Indigenous woman alleges racial profiling at local store; company says social media post doesn’t tell whole story and investigation revealed no wrongdoing

Elysha Bear-Morin, 32, alleged she was racially-profiled during a visit to a Prince Albert store on December 4, 2020. The store denied the allegations. Screen capture.

An Indigenous woman says she was racially profiled during a recent visit to a Prince Albert Shoppers Drug Mart.

Shoppers, though, through its parent company Loblaw Companies Limited, denied the allegation and says that after an investigation, they found no evidence of racial profiling and discrimination. They said the video and social media post don’t portray the whole story, though they acknowledge that a response from one of the employees at the end of the video was inappropriate and has been dealt with appropriately.

The allegations stem from a trip made by Elysha Bear-Morin, 32, to a Shoppers Drug Mart in Prince Albert last Friday.

In a Facebook post and video that has been viewed over 53,000 times, Bear-Morin detailed her experience.

Bear-Morin alleged that she was shopping with her sisters when she was told, while in the makeup section, that she was “stinking up the place,” and of having a guilty conscience.

She alleges she was followed for three aisles, and asked the employee to stop because she felt uncomfortable. Bear-Morin said she told the employees that she was a paying customer buying makeup and pads for her sisters, and had no intention of stealing.

At that point, Bear-Morin says, she turned on her phone and began to record the encounter. She said in a subsequent video that she noticed she was being followed by store clerks, and that’s when she realized “That they were suspecting me of stealing”

The initial, four-minute video shows Bear-Morin walking towards the self-checkout and purchasing her goods. When she goes to leave the store, several people can be seen in the frame heading through the exit when the store’s anti-theft alarm goes off.

Bear-Morin walks back through the exit and shows that neither she nor the bag she’s carrying, set off the alarm.

She has a conversation with the store employees and there is some confusion about whether she had a second bag from a previous stop at Winners. Her sisters say that bag never entered the store. She refuses to produce the alleged second bag. The employees refuse to give her the purchased items.

When Bear-Morin goes to leave — without her purchased items — the argument continues with the store employees in the exit.

As she and her sisters leave, the employee is seen gives Bear-Morin the middle finger.

In a subsequent video, labelled “Media Response,” Bear-Morin says she is a law student at the University of Windsor and was home visiting family for Christmas break. She’s a member of the Peter Ballantyne Cree Nation from Treaty 10 territory.

“I’ve been home enjoying my Christmas break. This is the last thing I thought would happen,” she said.

Bear-Morin said she believes the video resonated with so many “mostly because it goes to show that this is something that too many of us experience.”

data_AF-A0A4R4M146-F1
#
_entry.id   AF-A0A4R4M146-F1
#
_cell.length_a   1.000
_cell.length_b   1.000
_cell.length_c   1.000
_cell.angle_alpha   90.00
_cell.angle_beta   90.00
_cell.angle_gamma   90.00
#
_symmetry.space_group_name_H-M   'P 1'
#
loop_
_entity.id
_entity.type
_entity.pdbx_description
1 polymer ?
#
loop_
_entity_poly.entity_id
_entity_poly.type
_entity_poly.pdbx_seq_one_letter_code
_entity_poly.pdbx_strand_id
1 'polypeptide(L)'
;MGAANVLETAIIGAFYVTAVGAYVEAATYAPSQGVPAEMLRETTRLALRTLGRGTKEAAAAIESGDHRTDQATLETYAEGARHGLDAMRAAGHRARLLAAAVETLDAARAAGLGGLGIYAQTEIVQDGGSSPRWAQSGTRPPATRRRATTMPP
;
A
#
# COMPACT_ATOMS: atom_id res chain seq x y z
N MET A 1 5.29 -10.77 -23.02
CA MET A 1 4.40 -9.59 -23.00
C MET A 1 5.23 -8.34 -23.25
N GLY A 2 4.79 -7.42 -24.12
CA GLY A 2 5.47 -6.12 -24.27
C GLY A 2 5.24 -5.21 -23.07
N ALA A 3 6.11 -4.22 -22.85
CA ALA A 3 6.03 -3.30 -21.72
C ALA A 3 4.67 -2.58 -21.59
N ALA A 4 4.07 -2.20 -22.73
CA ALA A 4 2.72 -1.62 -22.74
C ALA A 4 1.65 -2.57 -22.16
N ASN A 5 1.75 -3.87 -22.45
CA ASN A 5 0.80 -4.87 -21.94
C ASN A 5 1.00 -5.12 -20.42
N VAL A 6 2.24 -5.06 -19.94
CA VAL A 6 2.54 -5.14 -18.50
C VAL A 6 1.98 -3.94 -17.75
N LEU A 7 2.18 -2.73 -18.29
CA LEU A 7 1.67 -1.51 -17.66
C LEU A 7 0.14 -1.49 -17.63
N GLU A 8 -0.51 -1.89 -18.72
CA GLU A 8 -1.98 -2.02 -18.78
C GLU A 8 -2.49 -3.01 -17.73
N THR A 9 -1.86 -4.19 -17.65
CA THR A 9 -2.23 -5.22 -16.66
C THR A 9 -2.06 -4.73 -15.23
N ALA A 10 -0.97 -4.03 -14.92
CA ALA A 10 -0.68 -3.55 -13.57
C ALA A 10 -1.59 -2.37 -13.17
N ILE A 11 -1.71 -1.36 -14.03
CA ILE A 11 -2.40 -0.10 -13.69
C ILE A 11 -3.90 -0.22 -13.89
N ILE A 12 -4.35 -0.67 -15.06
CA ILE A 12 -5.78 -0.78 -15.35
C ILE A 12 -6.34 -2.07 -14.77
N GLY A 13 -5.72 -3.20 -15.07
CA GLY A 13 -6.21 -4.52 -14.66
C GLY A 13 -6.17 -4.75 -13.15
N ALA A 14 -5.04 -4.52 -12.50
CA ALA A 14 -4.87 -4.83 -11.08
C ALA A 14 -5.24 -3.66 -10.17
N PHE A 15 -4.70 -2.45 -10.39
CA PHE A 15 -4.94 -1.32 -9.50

She raised her concerns with Prince Albert Grand Council (PAGC) leadership and with Prince Albert City Coun. Tony Head. She also said she plans to file a complaint with the human rights commission.

“This experience will have a significant influence on my studies,” she said.

“More than ever before I’m looking forward to getting back to the books and working as an advocate for others.”

Reached over Facebook, Bear-Morin declined further comment.

In a written statement, Loblaw Public Relations said that the video posted to Facebook wasn’t a true reflection of the events at the store last Friday. Loblaw Companies Limited owns Shoppers Drug Mart.

“Shoppers Drug Mart stores take pride in their commitment to diversity, and to being inclusive, equitable and accessible in interactions with their customers,” the statement, signed by senior director of external communication Catherine Thomas, said.

“The store has reviewed video of the incident, as well as conducting a thorough investigation with the store team. There was no evidence of racial profiling or discriminatory conduct from staff, and there was more to the incident than what was posted on social media.

“That said, the response from the employee at the end of the video was unacceptable and does not align with the store’s values or expectation for customer service, and the employee has been dealt with appropriately.” 

The PAGC said in a Thursday statement that they were also reviewing the incident and asked for a meeting with store management.

A statement by Grand Chief Brian Hardlotte echoed by vice chiefs Christopher Jobb and Joseph Tsannie expresses concern about the possibility of racial profiling. They allege that it’s clear Bear-Morin was singled out. He expressed concerns that First Nations residents “continue to be treated like thieves when they’re out doing their normal day-to-day business.”

 “This kind of racial stereotyping happens far too often, and I am glad that this young woman knew enough to record what happened to her. Shopping should be an enjoyable experience for everyone, but this was unfairly taken away from her. This should not be an everyday issue for our First Nation consumers. We expect to be treated equally as this young woman represents one of thousands of our members who bring millions of dollars to the economy of this city,” said Hardlotte.

The PAGC said they plan to work with the city and the chamber of commerce to raise the issue of racial profiling in general and work to address it at all levels.

The Herald reached out to the PAGC for further comment and had not received a response as of press time Friday. The Herald was unable to confirm through PAGC or Shoppers whether the pharmacy and PAGC leadership have been able to arrange a meeting.